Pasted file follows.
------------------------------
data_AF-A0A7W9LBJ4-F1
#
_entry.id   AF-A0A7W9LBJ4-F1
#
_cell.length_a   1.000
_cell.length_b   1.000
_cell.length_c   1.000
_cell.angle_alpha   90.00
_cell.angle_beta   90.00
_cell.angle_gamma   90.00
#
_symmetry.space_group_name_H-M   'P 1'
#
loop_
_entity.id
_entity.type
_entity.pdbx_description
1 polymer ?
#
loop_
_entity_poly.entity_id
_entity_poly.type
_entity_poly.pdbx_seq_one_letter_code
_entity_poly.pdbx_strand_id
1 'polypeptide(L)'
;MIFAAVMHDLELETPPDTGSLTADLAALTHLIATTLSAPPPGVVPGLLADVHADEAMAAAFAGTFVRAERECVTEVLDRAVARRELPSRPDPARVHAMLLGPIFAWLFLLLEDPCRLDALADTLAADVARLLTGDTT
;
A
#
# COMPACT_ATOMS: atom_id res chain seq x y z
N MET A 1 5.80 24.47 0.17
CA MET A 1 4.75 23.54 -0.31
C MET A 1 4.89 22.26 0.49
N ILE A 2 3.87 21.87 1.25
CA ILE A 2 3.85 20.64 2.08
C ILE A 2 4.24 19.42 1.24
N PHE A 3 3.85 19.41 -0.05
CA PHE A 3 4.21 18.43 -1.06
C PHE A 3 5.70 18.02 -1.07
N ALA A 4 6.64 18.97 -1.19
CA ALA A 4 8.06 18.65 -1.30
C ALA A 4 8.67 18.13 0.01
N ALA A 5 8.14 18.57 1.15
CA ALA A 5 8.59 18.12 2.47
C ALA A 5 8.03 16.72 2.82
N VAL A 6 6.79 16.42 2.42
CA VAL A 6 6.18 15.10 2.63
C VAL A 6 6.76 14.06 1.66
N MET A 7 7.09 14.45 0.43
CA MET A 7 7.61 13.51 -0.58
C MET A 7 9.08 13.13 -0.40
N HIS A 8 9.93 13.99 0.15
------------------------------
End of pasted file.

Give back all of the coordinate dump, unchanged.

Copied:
data_AF-A0A7W9LBJ4-F1
#
_entry.id   AF-A0A7W9LBJ4-F1
#
_cell.length_a   1.000
_cell.length_b   1.000
_cell.length_c   1.000
_cell.angle_alpha   90.00
_cell.angle_beta   90.00
_cell.angle_gamma   90.00
#
_symmetry.space_group_name_H-M   'P 1'
#
loop_
_entity.id
_entity.type
_entity.pdbx_description
1 polymer ?
#
loop_
_entity_poly.entity_id
_entity_poly.type
_entity_poly.pdbx_seq_one_letter_code
_entity_poly.pdbx_strand_id
1 'polypeptide(L)'
;MIFAAVMHDLELETPPDTGSLTADLAALTHLIATTLSAPPPGVVPGLLADVHADEAMAAAFAGTFVRAERECVTEVLDRAVARRELPSRPDPARVHAMLLGPIFAWLFLLLEDPCRLDALADTLAADVARLLTGDTT
;
A
#
# COMPACT_ATOMS: atom_id res chain seq x y z
N MET A 1 5.80 24.47 0.17
CA MET A 1 4.75 23.54 -0.31
C MET A 1 4.89 22.26 0.49
N ILE A 2 3.87 21.87 1.25
CA ILE A 2 3.85 20.64 2.08
C ILE A 2 4.24 19.42 1.24
N PHE A 3 3.85 19.41 -0.05
CA PHE A 3 4.21 18.43 -1.06
C PHE A 3 5.70 18.02 -1.07
N ALA A 4 6.64 18.97 -1.19
CA ALA A 4 8.06 18.65 -1.30
C ALA A 4 8.67 18.13 0.01
N ALA A 5 8.14 18.57 1.15
CA ALA A 5 8.59 18.12 2.47
C ALA A 5 8.03 16.72 2.82
N VAL A 6 6.79 16.42 2.42
CA VAL A 6 6.18 15.10 2.63
C VAL A 6 6.76 14.06 1.66
N MET A 7 7.09 14.45 0.43
CA MET A 7 7.61 13.51 -0.58
C MET A 7 9.08 13.13 -0.40
N HIS A 8 9.93 13.99 0.15